In 1913, when a record level of 5.5 million tons of coal, coke and patent fuel were exported through Swansea Docks, the port had 32 coal-shipping appliances, or ‘hoists’, in operation. There were five in the North Dock, eleven in the South Dock, nine in the Prince of Wales Dock, and seven in the Kings Dock, all rail-served and operated by hydraulic pressure.
As coal exports declined over the following decades a reduction in the number of coal-shipping appliances at Swansea was inevitable, and the last of the coal hoists in the North Dock were scrapped prior to the dock's closure in 1930. The last two South Dock coal hoists were scrapped in the 1950’s, as were the two remaining on the south side of Kings Dock. The six remaining coal hoists in the Prince of Wales Dock were scrapped in 1966.
Of the five remaining coal hoists on the north side of Kings Dock, No.11 was scrapped in 1973; Nos.14 and 15 in 1984, and finally Nos.12 and 13 in 1987.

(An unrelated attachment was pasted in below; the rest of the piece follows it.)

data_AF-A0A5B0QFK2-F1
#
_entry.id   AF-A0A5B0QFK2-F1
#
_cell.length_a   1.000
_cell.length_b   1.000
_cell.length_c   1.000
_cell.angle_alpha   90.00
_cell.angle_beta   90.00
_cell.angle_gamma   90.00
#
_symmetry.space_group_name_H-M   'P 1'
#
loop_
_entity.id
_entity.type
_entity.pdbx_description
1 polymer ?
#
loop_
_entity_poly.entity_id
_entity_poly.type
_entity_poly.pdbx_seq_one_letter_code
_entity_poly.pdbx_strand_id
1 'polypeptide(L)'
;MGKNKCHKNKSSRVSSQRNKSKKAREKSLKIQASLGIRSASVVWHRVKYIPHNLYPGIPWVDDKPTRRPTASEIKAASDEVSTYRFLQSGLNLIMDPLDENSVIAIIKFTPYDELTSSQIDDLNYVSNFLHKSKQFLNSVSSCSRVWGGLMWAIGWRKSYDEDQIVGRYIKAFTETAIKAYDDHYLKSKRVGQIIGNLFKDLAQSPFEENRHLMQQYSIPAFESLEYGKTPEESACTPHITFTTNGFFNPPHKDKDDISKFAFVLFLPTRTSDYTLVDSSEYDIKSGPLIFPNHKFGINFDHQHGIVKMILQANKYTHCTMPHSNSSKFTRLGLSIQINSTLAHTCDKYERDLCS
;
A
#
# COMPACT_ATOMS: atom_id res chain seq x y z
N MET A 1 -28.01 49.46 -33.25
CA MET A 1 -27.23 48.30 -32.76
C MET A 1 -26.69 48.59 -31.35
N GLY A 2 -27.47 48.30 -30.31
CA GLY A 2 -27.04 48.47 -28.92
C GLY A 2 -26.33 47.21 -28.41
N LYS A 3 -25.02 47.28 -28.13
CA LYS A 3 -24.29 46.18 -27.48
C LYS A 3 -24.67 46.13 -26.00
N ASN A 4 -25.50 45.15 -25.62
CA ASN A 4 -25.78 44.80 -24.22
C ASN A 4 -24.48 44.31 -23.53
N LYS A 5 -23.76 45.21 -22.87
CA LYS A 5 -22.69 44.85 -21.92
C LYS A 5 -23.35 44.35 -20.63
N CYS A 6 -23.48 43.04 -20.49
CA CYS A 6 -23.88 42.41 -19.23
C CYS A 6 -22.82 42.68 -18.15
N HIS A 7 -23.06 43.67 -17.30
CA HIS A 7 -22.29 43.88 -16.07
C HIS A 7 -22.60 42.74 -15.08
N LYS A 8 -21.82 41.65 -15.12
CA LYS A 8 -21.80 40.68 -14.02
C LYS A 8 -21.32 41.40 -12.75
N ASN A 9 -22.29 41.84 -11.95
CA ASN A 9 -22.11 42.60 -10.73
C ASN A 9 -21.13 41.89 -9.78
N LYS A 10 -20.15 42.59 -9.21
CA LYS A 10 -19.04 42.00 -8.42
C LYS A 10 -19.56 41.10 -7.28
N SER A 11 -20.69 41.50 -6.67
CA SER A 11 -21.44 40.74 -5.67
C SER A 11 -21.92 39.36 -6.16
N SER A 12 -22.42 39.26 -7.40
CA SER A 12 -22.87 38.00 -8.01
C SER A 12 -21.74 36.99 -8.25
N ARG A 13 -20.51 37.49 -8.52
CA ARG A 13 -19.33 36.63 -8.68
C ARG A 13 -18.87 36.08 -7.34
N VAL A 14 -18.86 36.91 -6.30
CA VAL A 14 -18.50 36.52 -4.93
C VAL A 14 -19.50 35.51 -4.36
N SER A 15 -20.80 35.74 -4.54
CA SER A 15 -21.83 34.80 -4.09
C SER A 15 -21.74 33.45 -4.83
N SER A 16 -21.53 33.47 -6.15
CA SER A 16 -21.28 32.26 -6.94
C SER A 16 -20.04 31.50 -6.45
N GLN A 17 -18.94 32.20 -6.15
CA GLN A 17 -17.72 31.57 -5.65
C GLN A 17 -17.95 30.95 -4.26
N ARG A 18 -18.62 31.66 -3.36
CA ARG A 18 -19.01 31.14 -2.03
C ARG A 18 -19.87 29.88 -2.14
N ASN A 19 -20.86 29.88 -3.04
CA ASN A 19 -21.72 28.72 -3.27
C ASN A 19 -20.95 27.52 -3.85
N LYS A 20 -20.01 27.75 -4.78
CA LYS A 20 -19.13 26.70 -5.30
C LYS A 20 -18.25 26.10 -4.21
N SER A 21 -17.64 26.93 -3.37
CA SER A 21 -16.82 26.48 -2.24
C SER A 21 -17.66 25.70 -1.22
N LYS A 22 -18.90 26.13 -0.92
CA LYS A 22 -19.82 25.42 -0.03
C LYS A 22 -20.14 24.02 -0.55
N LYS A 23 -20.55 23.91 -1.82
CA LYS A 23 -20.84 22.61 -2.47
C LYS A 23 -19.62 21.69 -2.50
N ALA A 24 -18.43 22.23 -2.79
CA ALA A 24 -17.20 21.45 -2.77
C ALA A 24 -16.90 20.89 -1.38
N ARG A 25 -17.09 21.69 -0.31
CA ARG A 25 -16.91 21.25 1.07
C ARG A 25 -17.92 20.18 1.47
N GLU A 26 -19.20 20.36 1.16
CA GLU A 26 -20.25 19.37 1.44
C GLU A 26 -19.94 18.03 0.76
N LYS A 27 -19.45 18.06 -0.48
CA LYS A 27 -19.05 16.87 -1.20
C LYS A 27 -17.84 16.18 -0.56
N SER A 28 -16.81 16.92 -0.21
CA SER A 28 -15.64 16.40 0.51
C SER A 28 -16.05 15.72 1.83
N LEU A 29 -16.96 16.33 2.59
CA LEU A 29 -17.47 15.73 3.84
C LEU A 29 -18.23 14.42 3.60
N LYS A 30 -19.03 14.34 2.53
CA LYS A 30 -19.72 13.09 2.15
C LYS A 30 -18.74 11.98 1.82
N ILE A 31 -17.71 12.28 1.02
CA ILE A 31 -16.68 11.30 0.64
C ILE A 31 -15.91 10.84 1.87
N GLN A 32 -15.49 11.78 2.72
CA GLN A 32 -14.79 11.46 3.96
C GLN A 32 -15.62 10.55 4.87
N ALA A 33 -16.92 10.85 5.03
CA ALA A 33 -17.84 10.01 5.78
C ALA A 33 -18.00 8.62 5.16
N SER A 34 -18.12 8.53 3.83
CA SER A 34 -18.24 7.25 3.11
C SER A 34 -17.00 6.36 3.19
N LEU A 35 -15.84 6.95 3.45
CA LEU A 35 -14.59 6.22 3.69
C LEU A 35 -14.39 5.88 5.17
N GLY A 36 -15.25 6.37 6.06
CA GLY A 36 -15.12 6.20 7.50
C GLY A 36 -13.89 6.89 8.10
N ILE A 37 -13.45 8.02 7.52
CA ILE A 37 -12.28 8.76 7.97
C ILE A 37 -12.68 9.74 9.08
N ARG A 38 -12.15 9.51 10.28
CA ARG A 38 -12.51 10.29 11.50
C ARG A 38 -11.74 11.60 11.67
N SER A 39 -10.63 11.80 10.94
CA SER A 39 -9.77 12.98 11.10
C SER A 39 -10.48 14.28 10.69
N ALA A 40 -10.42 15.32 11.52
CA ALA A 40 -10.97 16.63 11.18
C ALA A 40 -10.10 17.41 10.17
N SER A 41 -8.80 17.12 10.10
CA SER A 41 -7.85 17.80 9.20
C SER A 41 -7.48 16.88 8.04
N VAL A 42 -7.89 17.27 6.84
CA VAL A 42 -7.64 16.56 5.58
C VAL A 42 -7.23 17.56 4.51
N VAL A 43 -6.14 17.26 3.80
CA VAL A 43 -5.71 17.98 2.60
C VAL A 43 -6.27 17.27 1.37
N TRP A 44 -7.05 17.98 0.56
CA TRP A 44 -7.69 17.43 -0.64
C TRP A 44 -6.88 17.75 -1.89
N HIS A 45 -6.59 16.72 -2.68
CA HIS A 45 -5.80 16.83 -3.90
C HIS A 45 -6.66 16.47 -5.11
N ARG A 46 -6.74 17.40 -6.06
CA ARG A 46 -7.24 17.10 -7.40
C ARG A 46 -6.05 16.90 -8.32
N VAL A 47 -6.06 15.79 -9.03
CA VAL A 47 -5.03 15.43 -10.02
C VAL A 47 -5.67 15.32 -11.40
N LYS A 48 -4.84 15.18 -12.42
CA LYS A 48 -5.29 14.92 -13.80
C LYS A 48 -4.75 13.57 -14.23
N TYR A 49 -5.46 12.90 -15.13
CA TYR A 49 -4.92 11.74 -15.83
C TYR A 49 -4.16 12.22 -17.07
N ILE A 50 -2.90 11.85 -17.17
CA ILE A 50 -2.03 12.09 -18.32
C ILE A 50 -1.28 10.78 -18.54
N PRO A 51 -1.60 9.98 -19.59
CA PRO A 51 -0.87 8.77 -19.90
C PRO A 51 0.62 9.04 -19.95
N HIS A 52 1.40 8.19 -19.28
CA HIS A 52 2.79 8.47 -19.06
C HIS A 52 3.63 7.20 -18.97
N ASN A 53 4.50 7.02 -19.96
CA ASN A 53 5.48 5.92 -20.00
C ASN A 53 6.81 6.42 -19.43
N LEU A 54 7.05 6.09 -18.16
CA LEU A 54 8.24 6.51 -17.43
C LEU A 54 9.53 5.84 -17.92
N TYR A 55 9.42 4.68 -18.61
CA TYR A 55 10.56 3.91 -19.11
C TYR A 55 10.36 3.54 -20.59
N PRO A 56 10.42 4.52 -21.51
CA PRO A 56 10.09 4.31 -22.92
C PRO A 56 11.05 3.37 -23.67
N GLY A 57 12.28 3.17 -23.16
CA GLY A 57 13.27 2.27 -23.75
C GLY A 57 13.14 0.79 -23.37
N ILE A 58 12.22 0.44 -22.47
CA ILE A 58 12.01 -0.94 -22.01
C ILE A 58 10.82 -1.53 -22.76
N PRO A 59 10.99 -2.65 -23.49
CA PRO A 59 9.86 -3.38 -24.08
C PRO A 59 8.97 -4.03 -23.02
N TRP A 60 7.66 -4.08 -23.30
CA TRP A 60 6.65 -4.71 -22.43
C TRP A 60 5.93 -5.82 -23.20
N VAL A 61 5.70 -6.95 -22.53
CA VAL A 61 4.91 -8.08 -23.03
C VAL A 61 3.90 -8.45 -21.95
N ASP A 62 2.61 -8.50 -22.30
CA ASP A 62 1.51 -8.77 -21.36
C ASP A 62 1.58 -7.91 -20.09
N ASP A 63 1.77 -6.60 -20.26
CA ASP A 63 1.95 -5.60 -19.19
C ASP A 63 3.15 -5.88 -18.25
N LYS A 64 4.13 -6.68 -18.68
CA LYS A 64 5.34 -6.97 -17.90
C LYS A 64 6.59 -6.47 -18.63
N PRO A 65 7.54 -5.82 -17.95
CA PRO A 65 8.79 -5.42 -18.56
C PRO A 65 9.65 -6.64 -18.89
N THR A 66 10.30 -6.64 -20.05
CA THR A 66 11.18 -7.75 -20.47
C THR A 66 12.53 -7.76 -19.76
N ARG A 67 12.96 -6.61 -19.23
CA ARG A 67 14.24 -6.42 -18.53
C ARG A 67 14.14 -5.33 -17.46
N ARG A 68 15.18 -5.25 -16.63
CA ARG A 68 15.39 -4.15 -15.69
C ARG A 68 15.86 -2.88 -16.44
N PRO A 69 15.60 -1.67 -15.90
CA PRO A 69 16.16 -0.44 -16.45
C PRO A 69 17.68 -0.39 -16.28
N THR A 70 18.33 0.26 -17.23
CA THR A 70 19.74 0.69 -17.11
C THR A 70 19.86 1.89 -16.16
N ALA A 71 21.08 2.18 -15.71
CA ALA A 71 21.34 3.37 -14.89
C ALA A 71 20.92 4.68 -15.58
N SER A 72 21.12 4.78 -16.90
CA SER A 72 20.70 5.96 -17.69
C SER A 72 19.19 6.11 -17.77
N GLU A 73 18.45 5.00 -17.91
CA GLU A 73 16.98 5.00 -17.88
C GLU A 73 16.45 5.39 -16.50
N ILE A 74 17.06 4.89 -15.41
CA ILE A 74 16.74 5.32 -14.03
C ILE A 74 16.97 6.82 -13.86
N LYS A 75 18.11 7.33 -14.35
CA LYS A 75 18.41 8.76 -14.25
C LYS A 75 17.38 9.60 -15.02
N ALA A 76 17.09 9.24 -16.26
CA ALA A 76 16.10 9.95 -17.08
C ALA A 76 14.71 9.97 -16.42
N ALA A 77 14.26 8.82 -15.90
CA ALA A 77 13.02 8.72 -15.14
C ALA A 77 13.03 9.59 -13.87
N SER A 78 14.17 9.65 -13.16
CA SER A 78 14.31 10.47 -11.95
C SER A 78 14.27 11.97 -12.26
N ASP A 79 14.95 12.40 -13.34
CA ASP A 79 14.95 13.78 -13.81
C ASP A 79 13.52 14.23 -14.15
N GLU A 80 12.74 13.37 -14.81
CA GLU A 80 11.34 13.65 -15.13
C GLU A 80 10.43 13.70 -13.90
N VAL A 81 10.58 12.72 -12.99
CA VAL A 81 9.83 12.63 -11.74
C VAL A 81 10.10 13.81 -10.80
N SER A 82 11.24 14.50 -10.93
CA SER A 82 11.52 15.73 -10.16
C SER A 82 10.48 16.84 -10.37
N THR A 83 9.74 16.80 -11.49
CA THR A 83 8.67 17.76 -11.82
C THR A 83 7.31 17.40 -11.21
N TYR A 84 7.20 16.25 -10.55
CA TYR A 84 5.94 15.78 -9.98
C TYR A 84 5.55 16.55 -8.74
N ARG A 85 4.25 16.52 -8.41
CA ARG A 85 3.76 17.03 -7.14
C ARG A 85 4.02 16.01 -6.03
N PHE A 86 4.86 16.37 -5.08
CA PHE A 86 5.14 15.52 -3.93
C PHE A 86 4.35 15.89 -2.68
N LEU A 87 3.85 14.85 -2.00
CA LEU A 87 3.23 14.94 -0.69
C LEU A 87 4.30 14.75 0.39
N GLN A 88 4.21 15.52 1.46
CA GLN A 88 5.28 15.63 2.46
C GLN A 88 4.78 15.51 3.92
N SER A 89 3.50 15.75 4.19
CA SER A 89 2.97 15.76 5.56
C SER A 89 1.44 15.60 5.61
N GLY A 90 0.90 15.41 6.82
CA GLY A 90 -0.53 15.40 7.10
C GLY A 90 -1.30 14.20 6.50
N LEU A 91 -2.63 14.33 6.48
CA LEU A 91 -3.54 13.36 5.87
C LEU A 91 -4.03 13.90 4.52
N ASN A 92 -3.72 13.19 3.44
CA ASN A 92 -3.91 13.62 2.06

The last vessel to load coal at a Swansea coal hoist was the m.v. ‘Paquita’ which loaded 520 tonnes for Cork at No.12 hoist on the 25th February 1987.
The following information on the Kings Dock coal hoists was provided by Viv Howells, Mechanical Engineering Supervisor, Swansea & Port Talbot Docks
When the Kings Dock was constructed (1904-1909) several of the dock's new coal hoists were built by Tannett and Walker, a well-known Leeds engineering company, and these were the Rolls Royce of coal hoists. Of typical Edwardian construction, robust and mechanically innovative, they were built to last and were to complete seventy years of service. The lifting and tipping operations were ram and wire rope operated, with the capstans and chute engines of ingenious rotary three cylinder construction.
The hoists were erected under the direction of Yorkshire engineer Mr. Charlesworth, who remained in Swansea to supervise their maintenance and was thereafter known as "Yorkie". He was the father of Jack and Stan Charlesworth who both served in the Engineering Department at Swansea Docks with distinction for many years.
Most coal hoists were fixed, but No.11 & No.14 were 'traverser' hoists that could be moved to different positions along their respective wharves, although No.11hoist had been static for many years. No.14 hoist had two approach roads which, from either one, coal wagons would be fed onto an electric 'traverser' and transported to the hoist, whatever its position on the wharf. No.14 hoist could also work in tandem with No.13 hoist, allowing both appliances to load one ship at the same time.
How did the coal hoists operate? Click to find out